ListItemXmlModifier modifier = new ListItemXmlModifier(envData, res);

                    res = modifier.ModifyListXml();

                }

            }

            catch (Exception ex) { Logging.LogError(ex); }

            return res;

        }

    }

}

The thing to note here is that the two methods in the SiteDataHelper helper class create an instance of the SiteData web service class directly (note that this is not a generated proxy class, but the actual web service class implemented in the standard STSSOAP.DLL). The GetContent and GetChanges methods are called on this instance respectively and the string result of the calls is stored in a local variable. The string value that these methods return actually contains the XML with the list schema or list item data (depending on the “ObjectType” parameter being “List” or “Folder”). This XML data is then provided to an instance of the custom ListItemXmlModifier class which handles all XML modifications for both the GetContent and GetChanges methods. Note that for the GetContent method, the XML results are passed for modification only if the “ObjectType” parameter has the “ListItem”, “Folder” or “List” values. I am not going to show the source code of the ListItemXmlModifier class directly in the posting (it is over 700 lines of code) but instead I will briefly explain to you what are the changes in the XML from the GetContent and GetChanges methods that this class implements. The modifications to the XML are actually pretty simple and semantically there are only two types of changes – these correspond to the result XML-s of the GetContent (ObjectType=List) and GetContent (ObjectType=Folder) methods (the result XML of the GetChanges method has a more complex structure but contains the above two fragments (in one or more occurrences) where list and list item changes are available).

Let’s start with a sample XML from the standard SiteData.GetContent(ObjectType=List) method (I’ve trimmed some of the elements for brevity):

<List>

  <Metadata ID="{1d53a556-ae9d-4fbf-8917-46c7d97ebfa5}" LastModified="2011-01-17 13:24:18Z" Title="Pages" DefaultTitle="False" Description="This system library was created by the Publishing feature to store pages that are created in this site." BaseType="DocumentLibrary" BaseTemplate="850" DefaultViewUrl="/Pages/Forms/AllItems.aspx" DefaultViewItemUrl="/Pages/Forms/DispForm.aspx" RootFolder="Pages" Author="System Account" ItemCount="4" ReadSecurity="1" AllowAnonymousAccess="False" AnonymousViewListItems="False" AnonymousPermMask="0" CRC="699748088" NoIndex="False" ScopeID="{a1372e10-8ffb-4e21-b627-bed44a5130cd}" />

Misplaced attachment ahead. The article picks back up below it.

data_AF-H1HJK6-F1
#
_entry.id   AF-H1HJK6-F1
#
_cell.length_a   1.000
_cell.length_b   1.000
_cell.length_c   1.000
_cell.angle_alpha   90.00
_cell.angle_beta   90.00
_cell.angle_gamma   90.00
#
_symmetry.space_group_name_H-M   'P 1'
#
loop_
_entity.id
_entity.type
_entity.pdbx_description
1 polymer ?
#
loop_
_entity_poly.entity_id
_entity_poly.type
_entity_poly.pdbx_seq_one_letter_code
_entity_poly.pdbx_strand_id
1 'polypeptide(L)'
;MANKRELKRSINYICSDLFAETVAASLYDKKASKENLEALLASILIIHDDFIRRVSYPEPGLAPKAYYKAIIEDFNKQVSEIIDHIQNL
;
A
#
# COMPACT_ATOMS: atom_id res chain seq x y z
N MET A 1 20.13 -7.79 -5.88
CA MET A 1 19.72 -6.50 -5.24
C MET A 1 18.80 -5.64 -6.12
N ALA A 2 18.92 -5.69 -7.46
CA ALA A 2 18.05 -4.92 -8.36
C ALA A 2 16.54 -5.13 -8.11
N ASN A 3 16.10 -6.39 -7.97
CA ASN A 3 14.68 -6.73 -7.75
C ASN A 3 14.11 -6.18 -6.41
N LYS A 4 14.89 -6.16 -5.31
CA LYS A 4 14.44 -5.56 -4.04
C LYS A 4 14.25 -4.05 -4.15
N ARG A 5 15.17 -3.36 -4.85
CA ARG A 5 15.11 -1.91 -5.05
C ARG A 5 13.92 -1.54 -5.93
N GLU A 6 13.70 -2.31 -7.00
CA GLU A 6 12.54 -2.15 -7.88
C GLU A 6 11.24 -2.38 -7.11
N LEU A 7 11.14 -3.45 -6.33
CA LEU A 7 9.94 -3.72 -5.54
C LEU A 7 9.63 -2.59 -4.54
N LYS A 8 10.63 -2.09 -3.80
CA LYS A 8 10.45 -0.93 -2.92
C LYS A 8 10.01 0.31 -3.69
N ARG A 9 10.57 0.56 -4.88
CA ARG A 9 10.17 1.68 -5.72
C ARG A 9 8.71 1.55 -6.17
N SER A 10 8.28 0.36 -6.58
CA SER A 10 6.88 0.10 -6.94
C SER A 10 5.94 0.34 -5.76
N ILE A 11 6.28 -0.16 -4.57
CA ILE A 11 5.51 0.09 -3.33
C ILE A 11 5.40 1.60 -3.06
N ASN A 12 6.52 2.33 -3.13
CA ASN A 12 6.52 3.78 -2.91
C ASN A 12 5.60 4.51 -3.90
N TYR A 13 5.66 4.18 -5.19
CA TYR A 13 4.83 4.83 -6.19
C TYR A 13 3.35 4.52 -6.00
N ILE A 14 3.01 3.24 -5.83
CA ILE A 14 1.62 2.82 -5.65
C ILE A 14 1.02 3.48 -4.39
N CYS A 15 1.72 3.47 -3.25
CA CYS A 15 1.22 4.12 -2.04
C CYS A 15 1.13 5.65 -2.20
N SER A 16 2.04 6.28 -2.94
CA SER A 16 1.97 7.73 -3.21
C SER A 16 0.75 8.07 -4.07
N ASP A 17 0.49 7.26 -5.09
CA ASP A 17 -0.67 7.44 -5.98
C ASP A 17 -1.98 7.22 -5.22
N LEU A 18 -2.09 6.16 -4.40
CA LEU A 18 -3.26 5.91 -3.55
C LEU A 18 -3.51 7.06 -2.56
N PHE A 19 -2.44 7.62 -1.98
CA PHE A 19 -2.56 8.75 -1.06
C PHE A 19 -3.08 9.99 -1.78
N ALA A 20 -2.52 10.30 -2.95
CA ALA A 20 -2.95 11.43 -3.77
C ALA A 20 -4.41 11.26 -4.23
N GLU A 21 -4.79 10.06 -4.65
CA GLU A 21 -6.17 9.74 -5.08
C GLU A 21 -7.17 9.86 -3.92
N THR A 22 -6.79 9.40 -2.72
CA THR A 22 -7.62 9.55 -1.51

<ACL>

    <permissions>

      <permission memberid='3' mask='9223372036854775807' />

      ....

    </permissions>

  </ACL>

  <Views>

    <View URL="Pages/Forms/AllItems.aspx" ID="{771a1809-e7f3-4c52-b346-971d77ff215a}" Title="All Documents" />

    ....

  </Views>

  <Schema>

    <Field Name="FileLeafRef" Title="Name" Type="File" />

    <Field Name="Title" Title="Title" Type="Text" />

    <Field Name="Comments" Title="Description" Type="Note" />

    <Field Name="PublishingContact" Title="Contact" Type="User" />

    <Field Name="PublishingContactEmail" Title="Contact E-Mail Address" Type="Text" />

    <Field Name="PublishingContactName" Title="Contact Name" Type="Text" />

    <Field Name="PublishingContactPicture" Title="Contact Picture" Type="URL" />

    <Field Name="PublishingPageLayout" Title="Page Layout" Type="URL" />

    <Field Name="PublishingRollupImage" Title="Rollup Image" Type="Note" TypeAsString="Image" />

    <Field Name="Audience" Title="Target Audiences" Type="Note" TypeAsString="TargetTo" />

    <Field Name="ContentType" Title="Content Type" Type="Choice" />

    <Field Name="MyLookup" Title="MyLookup" Type="Lookup" />

    ....

  </Schema>

</List>

The XML contains the metadata properties of the queried SharePoint list, the most important part of which is contained in the Schema/Field elements – the simple definitions of the fields in this list. It is easy to deduce that the fields that the index engine encounters in this part of the XML will be recognized and appear as crawled properties in the search index. So what if we start adding fields of our own – this won’t solve the thing by itself because we will further need list items with values for these “added” fields (we’ll see that in the second XML sample) but it is the first required bit of the “hack”. The custom service implementation will actually add several extra “Field” elements like these:

    <Field Name='ContentTypeId.Text' Title='ContentTypeId' Type='Note' />

    <Field Name='Author.Text' Title='Created By' Type='Note' />

    <Field Name='Author.ID' Title='Created By' Type='Integer' />

    <Field Name='MyLookup.Text' Title='MyLookup' Type='Note' />

    <Field Name='MyLookup.ID' Title='MyLookup' Type='Integer' />

    <Field Name='PublishingRollupImage.Html' Title='Rollup Image' Type='Note' />

    <Field Name='PublishingPageImage.Html' Title='Page Image' Type='Note' />

    <Field Name='PublishingPageContent.Html' Title='Page Content' Type='Note' />

    <Field Name='Env.SiteId' Title='Env.SiteId' Type='Text' />

    <Field Name='Env.WebId' Title='Env.WebId' Type='Text' />